As we continue to remain at home to help ‘flatten the curve’ against Covid-19, there is increasing concern about mental health – and rightly so. For many, working from home, staying indoors much of the day, teaching the children – it’s a very different life to that in March 2020; and stress and anxiety will no doubt be on the rise. We’ve taken a look at some health advice from professionals to share with you during ‘lockdown’, in the hope that it helps your mental health while we’re all staying at home. If you are feeling your mental health is deteriorating, please also seek help.
Limit the news intake
If you find the news makes you anxious, then really try and limit how much of it you see. With events like Covid-19, it’s such a huge topic across the world, it’s currently dominating the headlines everywhere you look. Try and limit your exposure to the ‘everyday’ news, and just look for those important Government annoucements about changes to the regulations.
Ever felt less productive on a weekend after that late night and long lie in? We all relax more in our own home, but to help with anxiety and mental health, the advice is to maintain your routine as much as possible. Wake up at your usual time during the week, get dressed, eat when you normally would. Ensuring you have a routine will help you control any anxious feelings you might be having.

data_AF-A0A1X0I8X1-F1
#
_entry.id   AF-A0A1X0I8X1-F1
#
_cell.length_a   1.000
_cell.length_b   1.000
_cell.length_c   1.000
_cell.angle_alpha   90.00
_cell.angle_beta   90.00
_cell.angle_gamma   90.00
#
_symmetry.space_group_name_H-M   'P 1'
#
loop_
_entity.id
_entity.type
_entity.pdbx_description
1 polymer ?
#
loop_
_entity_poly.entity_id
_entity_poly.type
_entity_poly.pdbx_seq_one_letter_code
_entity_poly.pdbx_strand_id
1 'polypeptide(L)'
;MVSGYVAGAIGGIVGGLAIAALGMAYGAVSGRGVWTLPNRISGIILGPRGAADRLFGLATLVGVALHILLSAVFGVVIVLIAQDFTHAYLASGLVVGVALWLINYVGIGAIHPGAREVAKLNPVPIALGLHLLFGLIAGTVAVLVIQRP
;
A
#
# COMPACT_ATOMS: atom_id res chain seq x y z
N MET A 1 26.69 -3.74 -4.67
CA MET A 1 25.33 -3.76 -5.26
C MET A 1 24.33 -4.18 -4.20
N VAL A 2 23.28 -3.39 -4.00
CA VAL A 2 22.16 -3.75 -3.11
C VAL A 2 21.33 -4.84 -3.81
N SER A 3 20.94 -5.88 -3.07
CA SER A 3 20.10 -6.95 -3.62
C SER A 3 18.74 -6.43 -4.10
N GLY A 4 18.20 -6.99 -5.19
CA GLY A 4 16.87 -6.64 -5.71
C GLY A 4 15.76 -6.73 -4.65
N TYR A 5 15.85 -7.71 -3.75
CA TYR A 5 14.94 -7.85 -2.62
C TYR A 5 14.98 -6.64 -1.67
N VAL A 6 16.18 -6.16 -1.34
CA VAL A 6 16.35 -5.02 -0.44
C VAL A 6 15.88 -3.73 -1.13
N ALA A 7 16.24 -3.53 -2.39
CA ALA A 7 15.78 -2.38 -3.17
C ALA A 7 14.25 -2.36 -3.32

Chat to family and friends
We’re very lucky in this day of age to have access to social media, mobile phones, video calls. It all helps when it comes to feeling isolated and alone during a lockdown – make sure you take some time to connect with family and friends. The important thing to remember as well is, if you are struggling – do talk to someone. In times of unprecidented events like coronavirus, we’d be surprised if anyone you spoke to weren’t having similar thoughts, expericing lonliness or anxiety. We’re all in this together, and we all want to make sure everyone is getting through this. Remember if you don’t have anyone you feel comfortable talking to, in Aberystwyth students can chat to Nightline from 8pm to 8am, and there’s also support from the Samaritans 24/7.
Vary Your Activities
This is a big one from Anxiety.com who recommend that doing a lot of different things can help the day pass by. This means, don’t sit in front of the tele all day every day, as this will make you feel low, so try and vary what you do in your day to day. It could be something as simple as going for a small walk, reading a book for 30 minutes a day, listening to some meditation or a podcast, baking – anything to help keep your mind active. The Anxiety.com website is full of support and ideas, and we’d highly recommend a visit.
Exercise and Fresh Air
No eye rolling please! Exercising – in any form, is a great way to make yourself feel a bit better, and if you can get outside for some fresh air at the same time, then great. There’s LOADS of exercise videos online, and don’t feel you have to be doing an hour long exercise, it could be as short as 10 minutes. The charity Mind recommend trying to get fresh air often, to alleviate that feeling of being trapped indoors.